Mount Rainier, 90 miles away, rises above Lake Washington in Seattle as a lone boat heads our way on a beautiful summer day in the pacific Northwest.

Dead Fish Appearing on Lake Washington Shorelines Due to Bacteria and Warmer Water

by Ronnie Estoque

The Washington Department of Fish & Wildlife (WDFW) has received numerous reports of dead fish washing up on the shores of Lake Washington. According to WDFW King County District fisheries biologist Aaron Bosworth, the dead fish that are appearing are mostly yellow perch, with a few sticklebacks in the mix as well. He conducted a survey earlier this month at the Kirkland shoreline, and counted about 100 yellow perch scattered alongside the area. Yellow perch are an extremely common fish in Lake Washington, and they can also be found in other lakes across the state.

“The birds seem to like to pick them out of the water and leave them on nearby rocks. This is the time of year when many yellow perch have completed their spawning,” Bosworth said. “In most years, we see a minor die-off of the yellow perch around now, likely caused by stress and exhaustion from the annual spawning event combined with the warming of the water.”

Bosworth adds that yellow perch die-off has been common in Lake Washington for numerous years, but the WDFW does not have the resources to monitor exact numbers vigorously.

“This year seemed a little worse than other years,” Bosworth said.

Nearly seven years ago, fish health specialists from WDFW did research on the fish die-off and had determined columnaris, a naturally occurring bacterial infection, was one of the diseases that was affecting the fish population at the time. Bosworth explains that many of the dead perch that are washing up on shore this year show signs of columnaris, which also affects many other fish in Lake Washington. 

“The columnaris infection in the weakened post-spawn perch seems to result in a small annual fish kill this time of year,” Bosworth said. “The perch, however, are very abundant in the lake, and the dead fish represent a very small fraction of the overall population.”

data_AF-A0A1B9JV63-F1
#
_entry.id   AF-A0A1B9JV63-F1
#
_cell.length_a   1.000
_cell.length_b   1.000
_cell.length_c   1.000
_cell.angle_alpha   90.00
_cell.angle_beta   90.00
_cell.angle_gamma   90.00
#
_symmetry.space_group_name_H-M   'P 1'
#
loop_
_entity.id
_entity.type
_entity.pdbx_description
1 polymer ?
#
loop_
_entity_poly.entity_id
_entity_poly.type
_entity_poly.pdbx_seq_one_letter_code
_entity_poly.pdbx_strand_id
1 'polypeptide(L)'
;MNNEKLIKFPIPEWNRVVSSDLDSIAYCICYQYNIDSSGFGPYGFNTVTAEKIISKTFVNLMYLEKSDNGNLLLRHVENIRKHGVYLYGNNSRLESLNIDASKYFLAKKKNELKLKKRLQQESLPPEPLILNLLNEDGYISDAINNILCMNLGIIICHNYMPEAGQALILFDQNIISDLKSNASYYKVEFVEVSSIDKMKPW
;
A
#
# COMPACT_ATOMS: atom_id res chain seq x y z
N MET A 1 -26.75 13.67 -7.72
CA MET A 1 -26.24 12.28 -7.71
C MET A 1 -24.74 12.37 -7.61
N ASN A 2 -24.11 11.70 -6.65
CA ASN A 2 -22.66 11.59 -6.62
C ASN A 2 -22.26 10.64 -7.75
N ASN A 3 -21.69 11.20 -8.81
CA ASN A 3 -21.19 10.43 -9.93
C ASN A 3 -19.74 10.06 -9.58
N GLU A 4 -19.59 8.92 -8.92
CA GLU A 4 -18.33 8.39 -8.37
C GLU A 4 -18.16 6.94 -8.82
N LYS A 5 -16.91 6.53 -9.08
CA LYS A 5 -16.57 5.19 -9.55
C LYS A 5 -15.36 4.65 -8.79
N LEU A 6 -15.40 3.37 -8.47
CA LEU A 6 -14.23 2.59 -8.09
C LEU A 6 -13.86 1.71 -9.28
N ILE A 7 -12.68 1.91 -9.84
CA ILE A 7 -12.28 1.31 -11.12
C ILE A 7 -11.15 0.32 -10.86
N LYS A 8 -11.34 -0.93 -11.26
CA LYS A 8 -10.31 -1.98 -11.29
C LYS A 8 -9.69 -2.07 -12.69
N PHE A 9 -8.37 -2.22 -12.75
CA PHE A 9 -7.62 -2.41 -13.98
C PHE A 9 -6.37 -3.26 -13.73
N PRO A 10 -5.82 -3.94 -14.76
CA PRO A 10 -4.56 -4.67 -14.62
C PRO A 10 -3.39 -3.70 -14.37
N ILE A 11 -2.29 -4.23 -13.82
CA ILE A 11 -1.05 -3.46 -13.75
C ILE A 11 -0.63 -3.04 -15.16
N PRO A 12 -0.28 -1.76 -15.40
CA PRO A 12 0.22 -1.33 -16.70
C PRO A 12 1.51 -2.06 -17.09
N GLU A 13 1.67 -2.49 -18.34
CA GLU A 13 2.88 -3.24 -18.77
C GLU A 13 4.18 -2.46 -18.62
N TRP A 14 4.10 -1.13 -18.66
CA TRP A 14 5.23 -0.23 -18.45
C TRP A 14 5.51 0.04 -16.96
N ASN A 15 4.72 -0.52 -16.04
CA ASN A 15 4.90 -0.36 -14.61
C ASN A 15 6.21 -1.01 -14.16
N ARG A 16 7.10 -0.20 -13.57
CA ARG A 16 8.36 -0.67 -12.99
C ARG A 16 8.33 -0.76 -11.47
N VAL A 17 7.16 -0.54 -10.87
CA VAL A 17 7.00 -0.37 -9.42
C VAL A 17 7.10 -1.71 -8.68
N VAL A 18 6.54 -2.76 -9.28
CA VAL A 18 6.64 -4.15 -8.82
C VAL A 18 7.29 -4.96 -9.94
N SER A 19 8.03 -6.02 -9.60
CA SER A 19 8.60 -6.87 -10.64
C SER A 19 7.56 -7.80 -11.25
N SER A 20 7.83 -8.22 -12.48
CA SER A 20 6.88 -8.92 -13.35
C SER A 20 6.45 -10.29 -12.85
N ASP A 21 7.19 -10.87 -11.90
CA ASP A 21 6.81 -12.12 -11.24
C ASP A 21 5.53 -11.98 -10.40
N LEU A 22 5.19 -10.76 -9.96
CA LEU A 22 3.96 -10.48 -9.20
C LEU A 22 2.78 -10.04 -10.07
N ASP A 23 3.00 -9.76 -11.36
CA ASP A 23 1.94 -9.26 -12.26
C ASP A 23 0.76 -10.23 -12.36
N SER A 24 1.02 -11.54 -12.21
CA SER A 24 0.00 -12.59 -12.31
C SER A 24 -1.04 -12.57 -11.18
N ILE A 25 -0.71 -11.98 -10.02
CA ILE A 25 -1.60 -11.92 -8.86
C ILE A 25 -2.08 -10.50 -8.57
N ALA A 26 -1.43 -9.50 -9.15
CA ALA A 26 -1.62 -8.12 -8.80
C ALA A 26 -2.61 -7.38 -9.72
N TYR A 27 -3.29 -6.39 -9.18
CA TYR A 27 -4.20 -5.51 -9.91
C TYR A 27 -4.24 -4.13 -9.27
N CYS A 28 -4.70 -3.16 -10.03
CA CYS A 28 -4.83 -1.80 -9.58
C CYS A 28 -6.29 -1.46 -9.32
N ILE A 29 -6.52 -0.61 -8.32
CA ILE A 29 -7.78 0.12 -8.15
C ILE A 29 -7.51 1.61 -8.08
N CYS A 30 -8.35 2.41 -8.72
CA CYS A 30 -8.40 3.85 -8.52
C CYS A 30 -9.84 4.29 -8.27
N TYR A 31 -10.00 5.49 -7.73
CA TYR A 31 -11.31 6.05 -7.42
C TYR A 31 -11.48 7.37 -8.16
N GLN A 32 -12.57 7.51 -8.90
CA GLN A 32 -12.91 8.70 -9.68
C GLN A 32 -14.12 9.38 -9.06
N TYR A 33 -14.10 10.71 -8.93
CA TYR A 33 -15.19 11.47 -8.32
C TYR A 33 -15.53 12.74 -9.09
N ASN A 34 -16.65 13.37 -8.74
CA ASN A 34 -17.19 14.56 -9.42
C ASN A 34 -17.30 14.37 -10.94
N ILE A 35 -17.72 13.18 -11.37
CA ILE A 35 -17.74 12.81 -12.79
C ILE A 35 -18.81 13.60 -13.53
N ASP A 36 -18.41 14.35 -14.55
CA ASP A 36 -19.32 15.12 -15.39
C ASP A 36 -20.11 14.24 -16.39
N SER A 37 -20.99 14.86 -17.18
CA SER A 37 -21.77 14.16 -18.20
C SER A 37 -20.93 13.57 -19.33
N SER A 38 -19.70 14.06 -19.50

Rachel Schulkin, public affairs manager at Seattle Parks and Recreation, also maintained the WDFW’s stance on the occurrence. The WDFW began to receive a large volume of reports in late May, and rising warmer temperatures in Lake Washington have contributed to larger populations of non-native fish, such as yellow perch, compared with native species, such as sockeye and Chinook salmon.

“Water quality conditions for fish in the lake have deteriorated a little bit, and the aspect of water quality that has deteriorated is probably temperature, as we’re seeing summers warming up earlier and lasting longer,” Bosworth said.

Currently, the Washington State Department of Health DOH recommends that consumption of yellow perch be limited to one meal per month, as PCBs (a group of man-made organic chemicals consisting of carbon, hydrogen, and chlorine atoms) have been identified as a contaminant. According to Bosworth, the public does not need to report instances of yellow perch die-off.

“If there’s a large number of fish and you’re not sure what species, yeah, then we would appreciate a report, because sometimes fish kills do occur in the lake for other reasons,” Bosworth said.

You can find out more about fish consumption advisories across Washington State at the DOH website.

Ronnie Estoque is a South Seattle-based freelance photographer and videographer. You can keep up with his work by checking out his website.

📸 Featured image by Dan Lewis/

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